Our Commitment to Anti-Racism
The Diocese of London is committed to being actively anti-racist. We have a significant role to play in combatting racism within our structures, systems and people to build a better future for all. Racism and other forms of discrimination are wholly incompatible with Jesus’ command that we ‘love one another’ (John 15:12), His promise of ‘life in all its fullness’ (John 10:10) and our vision.
View and download a PDF version of our commitments
Our churches and schools will:
- Remain grounded in scripture as we promote equality, equity and justice and as we challenge and remove structural racism, multi-dimensional injustices of racism and discrimination found within the diocese.
- Recognise and embrace the role we can play in challenging racism and modelling anti-racist behaviours.
- Never deny the realities of the lived experience of many
- Recognise the transformative work that needs to be done as we build and strengthen our communities
- Expect those who work within the Diocese of London increasingly to reflect the diversity of the communities they serve
- Celebrate the current diversity within our diocese and take steps to engender even greater inclusivity throughout our structures so that the participation of all can be encouraged, actively celebrated and valued at all levels.
We know we have more to do and we continue to identify and address systemic issues highlighted by the Anti-Racism Taskforce report From Lament to Action’ through a strong programme of actions. Love of God and for our neighbours will enable us to persevere in relentless pursuit of a deep change that will be sustained and embedded.
The Diocese of London makes clear its commitment to racial justice in keeping with God’s call for ’justice to flow like water and righteousness like a never-ending stream’ (Amos 5:24).
- Actively praying as a diocese, group or parish over the issue of racial justice supported by a monthly racial justice prayer bulletin (link to racial justice prayer bulletin) and observing the 22nd of each month as Racial Justice Prayer Day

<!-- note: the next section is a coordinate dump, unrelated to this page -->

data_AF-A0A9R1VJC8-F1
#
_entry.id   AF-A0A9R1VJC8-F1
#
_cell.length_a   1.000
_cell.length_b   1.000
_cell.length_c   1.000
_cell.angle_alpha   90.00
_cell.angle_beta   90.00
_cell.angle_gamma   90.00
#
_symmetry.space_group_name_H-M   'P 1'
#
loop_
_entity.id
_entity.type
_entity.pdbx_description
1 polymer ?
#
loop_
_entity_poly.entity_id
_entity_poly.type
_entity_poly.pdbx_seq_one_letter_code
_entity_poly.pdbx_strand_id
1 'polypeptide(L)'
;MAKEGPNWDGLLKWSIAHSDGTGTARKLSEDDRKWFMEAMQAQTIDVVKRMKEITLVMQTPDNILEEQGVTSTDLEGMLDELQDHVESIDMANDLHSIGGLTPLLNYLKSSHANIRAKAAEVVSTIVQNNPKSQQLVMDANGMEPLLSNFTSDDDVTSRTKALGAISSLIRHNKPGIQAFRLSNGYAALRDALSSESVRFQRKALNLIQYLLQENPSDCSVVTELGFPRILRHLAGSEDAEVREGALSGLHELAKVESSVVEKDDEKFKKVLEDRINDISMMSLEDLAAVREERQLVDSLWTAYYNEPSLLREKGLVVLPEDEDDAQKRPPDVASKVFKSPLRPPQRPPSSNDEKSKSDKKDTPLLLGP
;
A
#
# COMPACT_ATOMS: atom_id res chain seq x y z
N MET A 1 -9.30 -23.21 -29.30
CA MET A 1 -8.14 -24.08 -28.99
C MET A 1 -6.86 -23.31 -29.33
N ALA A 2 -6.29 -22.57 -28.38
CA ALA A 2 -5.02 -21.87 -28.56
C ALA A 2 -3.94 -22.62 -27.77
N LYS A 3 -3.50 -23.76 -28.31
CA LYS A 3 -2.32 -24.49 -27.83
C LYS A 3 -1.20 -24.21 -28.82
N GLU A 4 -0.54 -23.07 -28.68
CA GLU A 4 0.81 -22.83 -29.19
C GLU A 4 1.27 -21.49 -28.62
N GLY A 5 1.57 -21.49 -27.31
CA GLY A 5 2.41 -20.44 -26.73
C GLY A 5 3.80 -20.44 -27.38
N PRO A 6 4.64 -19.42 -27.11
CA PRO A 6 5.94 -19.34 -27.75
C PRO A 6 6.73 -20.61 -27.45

- Repenting of the hurt caused and pray for a deep healing to marginalised communities as we move together in oneness and in love to forge a future where all are welcomed, valued and included
- Learning from the lived experiences of many on the impact of racism creating spaces for open and honest dialogue in which all can engage to allow for greater understanding through blogs/videos and case studies recognising the differences within groups
- Engaging with other diocese across the UK to identify areas of best practice in anti-racist actions that have a clear impact and to share experiences and support and/or be supported as we journey through this change
- Advocating for racial justice using our influence and understanding to speak up for racial inequity when it is found in the church or in wider society
- Building representation in our leadership using co-opting powers as necessary in addition to reiterating the value to those with voting powers, of considering diversity in their choices
- Auditing our recruitment practices to increase representation taking meaningful steps where evidence of bias is apparent
- Collating ethnicity data that provides a benchmark on which trends can be monitored and insights gained to assess the impact of actions
- Implementing unconscious bias and anti-racism training across the diocese to facilitate shared learning and greater understanding of the perils of racism
- Working with the national Racial Justice Commission to ensure our work aligns with efforts across the UK
- Utilising a race diversity audit to monitor changes in culture across the diocese as a result of actions taken so the impact can be assessed.
- Designing specific roles that support the racial justice efforts across the diocese in each episcopal area and in the support functions
- Working closely with the London Diocesan Board for Schools (LDBS) in our shared commitment to racial justice
- Reviewing heritage/monuments across the diocese raising awareness of how they speak to our shared history
- Working with the National Church Institute (NCI) to identify cultural barriers in worship and liturgy and in the production of material with greater diversity
- Collaborating with other minority groups across the diocese to share experiences and promote togetherness.